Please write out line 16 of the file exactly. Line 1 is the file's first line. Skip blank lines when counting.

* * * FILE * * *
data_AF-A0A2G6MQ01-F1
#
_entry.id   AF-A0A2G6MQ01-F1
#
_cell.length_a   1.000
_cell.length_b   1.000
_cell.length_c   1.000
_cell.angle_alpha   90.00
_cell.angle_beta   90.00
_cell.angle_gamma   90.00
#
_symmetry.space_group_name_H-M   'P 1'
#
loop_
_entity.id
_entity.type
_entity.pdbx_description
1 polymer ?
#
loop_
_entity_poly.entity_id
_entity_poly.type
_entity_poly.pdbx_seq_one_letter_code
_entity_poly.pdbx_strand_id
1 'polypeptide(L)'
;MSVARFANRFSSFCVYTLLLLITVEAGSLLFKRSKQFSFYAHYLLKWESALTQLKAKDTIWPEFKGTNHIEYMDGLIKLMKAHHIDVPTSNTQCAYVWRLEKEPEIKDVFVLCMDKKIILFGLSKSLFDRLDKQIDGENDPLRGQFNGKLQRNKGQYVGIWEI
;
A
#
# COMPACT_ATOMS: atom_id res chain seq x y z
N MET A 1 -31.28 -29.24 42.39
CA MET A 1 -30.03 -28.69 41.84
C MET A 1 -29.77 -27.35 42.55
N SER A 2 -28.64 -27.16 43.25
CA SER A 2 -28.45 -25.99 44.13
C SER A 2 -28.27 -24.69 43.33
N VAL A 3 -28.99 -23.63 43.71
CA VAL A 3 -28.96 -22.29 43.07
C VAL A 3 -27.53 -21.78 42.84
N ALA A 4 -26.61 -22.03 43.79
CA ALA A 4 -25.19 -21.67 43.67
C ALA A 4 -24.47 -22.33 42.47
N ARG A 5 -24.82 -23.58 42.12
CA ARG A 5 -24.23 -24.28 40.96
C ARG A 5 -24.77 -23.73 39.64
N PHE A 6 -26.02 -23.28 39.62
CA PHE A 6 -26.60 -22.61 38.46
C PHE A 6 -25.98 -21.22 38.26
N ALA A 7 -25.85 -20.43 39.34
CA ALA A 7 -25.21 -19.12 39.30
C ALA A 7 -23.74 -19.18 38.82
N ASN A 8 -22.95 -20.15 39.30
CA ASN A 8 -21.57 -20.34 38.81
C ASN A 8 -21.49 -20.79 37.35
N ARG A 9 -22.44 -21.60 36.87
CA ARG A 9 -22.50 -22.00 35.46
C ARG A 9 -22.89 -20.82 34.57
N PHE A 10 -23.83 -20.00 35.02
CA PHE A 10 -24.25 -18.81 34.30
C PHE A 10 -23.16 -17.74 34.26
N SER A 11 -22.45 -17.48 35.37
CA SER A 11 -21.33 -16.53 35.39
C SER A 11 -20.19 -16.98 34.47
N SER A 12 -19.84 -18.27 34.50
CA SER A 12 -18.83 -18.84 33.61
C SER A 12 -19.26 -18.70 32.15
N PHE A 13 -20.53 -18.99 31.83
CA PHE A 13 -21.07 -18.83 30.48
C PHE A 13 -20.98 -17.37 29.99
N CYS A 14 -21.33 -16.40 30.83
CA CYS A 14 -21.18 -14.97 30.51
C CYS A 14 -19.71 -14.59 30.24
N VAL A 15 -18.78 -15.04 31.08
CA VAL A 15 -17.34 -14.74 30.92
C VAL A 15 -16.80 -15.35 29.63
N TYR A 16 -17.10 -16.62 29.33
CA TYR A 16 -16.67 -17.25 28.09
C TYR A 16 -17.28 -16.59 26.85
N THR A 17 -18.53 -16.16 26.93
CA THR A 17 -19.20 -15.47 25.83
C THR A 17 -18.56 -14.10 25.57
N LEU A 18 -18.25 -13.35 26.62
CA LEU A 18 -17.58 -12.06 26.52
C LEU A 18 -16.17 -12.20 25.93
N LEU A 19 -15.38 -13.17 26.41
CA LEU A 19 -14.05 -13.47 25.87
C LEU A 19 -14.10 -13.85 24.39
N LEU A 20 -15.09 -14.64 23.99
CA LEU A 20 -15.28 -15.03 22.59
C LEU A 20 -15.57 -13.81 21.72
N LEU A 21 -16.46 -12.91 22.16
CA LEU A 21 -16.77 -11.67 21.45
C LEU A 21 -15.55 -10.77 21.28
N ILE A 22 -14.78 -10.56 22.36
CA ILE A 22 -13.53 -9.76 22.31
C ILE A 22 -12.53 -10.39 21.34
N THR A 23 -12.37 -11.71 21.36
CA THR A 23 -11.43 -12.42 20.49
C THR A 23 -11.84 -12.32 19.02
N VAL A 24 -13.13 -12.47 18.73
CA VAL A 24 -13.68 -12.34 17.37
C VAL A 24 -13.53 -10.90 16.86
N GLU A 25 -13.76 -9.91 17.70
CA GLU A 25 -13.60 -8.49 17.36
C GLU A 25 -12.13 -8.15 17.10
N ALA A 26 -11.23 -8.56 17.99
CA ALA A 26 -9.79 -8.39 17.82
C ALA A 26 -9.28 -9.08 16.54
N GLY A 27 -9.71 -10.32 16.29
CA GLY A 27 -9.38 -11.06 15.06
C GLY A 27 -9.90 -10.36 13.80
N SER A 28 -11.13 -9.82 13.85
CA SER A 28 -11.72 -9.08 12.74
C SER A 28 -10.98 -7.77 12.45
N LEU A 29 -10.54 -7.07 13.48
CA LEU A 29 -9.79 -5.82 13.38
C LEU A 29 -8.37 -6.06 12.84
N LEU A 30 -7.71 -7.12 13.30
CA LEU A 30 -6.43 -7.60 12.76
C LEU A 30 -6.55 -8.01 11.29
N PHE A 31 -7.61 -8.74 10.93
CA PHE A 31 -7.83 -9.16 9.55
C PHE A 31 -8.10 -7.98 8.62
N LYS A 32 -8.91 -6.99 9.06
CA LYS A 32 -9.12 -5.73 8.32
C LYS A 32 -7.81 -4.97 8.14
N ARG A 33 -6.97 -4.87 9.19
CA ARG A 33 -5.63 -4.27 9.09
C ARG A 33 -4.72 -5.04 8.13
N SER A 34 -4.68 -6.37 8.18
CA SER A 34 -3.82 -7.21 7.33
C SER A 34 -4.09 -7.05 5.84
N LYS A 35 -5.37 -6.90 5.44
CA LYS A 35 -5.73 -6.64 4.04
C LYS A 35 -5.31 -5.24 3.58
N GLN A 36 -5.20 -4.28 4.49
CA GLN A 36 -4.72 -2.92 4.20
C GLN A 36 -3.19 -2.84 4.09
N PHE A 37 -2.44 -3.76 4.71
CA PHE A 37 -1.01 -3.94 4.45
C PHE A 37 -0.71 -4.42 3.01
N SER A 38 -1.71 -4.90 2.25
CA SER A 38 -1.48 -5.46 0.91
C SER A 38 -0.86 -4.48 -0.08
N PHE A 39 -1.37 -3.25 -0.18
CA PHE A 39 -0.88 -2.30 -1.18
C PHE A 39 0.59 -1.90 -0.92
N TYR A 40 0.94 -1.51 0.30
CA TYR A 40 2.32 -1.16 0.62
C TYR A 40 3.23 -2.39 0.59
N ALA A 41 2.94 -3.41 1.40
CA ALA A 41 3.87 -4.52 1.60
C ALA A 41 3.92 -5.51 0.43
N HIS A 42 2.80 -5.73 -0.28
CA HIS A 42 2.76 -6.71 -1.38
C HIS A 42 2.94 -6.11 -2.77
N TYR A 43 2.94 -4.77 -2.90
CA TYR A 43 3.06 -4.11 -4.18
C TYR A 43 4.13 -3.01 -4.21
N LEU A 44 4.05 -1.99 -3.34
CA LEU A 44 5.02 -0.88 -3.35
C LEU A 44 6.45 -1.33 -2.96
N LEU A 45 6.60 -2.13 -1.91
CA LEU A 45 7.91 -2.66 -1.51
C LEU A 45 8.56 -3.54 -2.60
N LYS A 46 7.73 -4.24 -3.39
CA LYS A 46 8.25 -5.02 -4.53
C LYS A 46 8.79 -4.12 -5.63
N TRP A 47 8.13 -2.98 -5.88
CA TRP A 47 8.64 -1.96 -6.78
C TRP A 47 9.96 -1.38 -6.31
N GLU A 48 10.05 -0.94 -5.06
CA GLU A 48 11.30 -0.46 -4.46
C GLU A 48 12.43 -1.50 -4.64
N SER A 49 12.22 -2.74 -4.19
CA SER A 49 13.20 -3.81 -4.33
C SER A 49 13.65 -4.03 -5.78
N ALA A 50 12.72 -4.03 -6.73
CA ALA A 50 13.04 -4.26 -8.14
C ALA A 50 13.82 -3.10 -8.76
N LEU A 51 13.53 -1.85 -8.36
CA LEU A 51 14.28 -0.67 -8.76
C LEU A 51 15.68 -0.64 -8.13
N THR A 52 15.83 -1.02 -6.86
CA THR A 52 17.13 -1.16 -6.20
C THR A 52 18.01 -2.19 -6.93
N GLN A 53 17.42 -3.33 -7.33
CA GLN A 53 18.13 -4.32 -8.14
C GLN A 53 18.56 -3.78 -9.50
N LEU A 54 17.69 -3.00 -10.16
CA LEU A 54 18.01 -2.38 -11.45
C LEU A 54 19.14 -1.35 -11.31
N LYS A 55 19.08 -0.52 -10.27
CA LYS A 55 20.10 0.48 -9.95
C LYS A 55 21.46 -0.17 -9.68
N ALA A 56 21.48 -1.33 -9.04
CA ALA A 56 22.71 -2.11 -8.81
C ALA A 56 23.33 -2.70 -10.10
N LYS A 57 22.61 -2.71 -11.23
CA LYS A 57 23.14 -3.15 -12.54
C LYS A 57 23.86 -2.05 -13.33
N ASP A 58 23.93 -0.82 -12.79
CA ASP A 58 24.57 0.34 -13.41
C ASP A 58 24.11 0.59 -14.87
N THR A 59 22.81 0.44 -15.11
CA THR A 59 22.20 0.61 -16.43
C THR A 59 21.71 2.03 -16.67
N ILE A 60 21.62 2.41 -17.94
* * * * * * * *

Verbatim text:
_entity.type